Some of the views expressed in the following notes on newly approved products should be regarded as preliminary, as there may have been limited published data at the time of publication, and little experience in Australia of their safety or efficacy. However, the Editorial Executive Committee believes that comments made in good faith at an early stage may still be of value. Before new drugs are prescribed, the Committee believes it is important that more detailed information is obtained from the manufacturer's approved product information, a drug information centre or some other appropriate source.

Invirase (Roche Products)
200 mg capsules
Indication: HIV infection

Most of the effective antiviral drugs are analogues of nucleic acids and act in a similar way.1 Saquinavir interferes with a different stage of the life-cycle by inhibiting the enzyme HIV protease. This reduces viral replication and infectivity.

Saquinavir is taken 3 times a day. Food increases absorption so the dose should be taken within two hours of a meal. Bioavailability is low (4%) because of incomplete absorption and extensive first-pass metabolism. Most of the metabolites are excreted in the faeces. As the metabolism of saquinavir involves the P450(CYP3A4) system, it has the potential for interaction with several other drugs such as nifedipine, terfenadine and ketoconazole. In theory, it should not interact with drugs metabolised by the CYP2D6 system such as many antidepressants.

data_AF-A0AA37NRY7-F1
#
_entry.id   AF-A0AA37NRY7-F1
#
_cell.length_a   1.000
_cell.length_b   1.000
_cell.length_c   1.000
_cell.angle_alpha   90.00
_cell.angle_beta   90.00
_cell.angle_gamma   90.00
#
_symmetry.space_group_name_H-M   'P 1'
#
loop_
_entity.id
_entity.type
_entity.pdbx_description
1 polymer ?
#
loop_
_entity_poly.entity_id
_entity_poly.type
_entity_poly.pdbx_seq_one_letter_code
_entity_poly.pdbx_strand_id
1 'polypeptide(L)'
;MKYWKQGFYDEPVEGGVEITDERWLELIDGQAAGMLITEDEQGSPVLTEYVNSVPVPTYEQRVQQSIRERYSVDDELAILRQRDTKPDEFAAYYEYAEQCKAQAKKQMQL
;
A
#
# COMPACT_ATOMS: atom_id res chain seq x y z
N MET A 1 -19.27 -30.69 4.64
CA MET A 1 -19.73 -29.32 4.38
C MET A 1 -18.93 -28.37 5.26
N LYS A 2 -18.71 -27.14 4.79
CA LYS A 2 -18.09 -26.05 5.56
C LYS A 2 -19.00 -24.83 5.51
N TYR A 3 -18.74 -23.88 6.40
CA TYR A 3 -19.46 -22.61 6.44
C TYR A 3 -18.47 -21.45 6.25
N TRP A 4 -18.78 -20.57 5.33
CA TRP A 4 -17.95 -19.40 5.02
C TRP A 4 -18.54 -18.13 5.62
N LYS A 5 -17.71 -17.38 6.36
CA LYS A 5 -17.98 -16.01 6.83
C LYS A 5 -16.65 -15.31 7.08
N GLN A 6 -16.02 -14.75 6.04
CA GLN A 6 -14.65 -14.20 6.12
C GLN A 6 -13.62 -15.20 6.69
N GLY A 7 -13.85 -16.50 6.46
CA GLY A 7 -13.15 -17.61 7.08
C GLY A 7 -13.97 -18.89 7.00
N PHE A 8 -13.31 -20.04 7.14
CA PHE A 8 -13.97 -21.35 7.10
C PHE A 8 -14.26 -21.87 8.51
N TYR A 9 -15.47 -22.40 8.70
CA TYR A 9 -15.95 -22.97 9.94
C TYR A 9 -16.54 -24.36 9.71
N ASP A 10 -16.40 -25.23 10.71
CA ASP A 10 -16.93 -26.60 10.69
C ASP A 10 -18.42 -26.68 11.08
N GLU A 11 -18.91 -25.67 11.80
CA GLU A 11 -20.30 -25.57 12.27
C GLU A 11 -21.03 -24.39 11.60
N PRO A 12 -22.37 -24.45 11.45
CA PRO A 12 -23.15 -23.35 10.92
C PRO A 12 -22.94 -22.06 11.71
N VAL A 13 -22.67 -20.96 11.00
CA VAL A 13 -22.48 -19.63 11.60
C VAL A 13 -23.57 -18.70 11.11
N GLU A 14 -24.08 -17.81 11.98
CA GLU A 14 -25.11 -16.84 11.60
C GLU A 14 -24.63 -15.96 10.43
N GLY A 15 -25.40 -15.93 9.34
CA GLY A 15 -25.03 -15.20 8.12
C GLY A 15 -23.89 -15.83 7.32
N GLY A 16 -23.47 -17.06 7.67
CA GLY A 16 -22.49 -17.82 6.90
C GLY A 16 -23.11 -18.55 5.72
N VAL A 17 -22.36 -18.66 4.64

The activity and safety of saquinavir has been investigated in relatively short studies using surrogate end-points such as CD4 cell counts. In a 16-weekstudy of previously untreated HIV positive patients, saquinavir increased cell counts with the maximum increase at around week 4.2 This study and other evidence are insufficient to allow the use of saquinavir as monotherapy. It has only been approved for use in combination with other antiretroviral agents. An ongoing study suggests that saquinavir and zalcitabine may be more efficacious than either drug used alone.

Saquinavir is much more active against viral protease than human proteases so it has a reasonable safety profile. The most common adverse effects are asthenia, headache and diarrhoea.


  1. Locarnini S. Antiviral drugs - mechanisms of action. Aust Prescr 1993;16:78-81.
  2. Kitchen VS, Skinner C, Ariyoshi K, Lane EA, Duncan IB, Burckhardt J, et al. Safety and activity of saquinavir in HIV infection. Lancet 1995;345:952-5.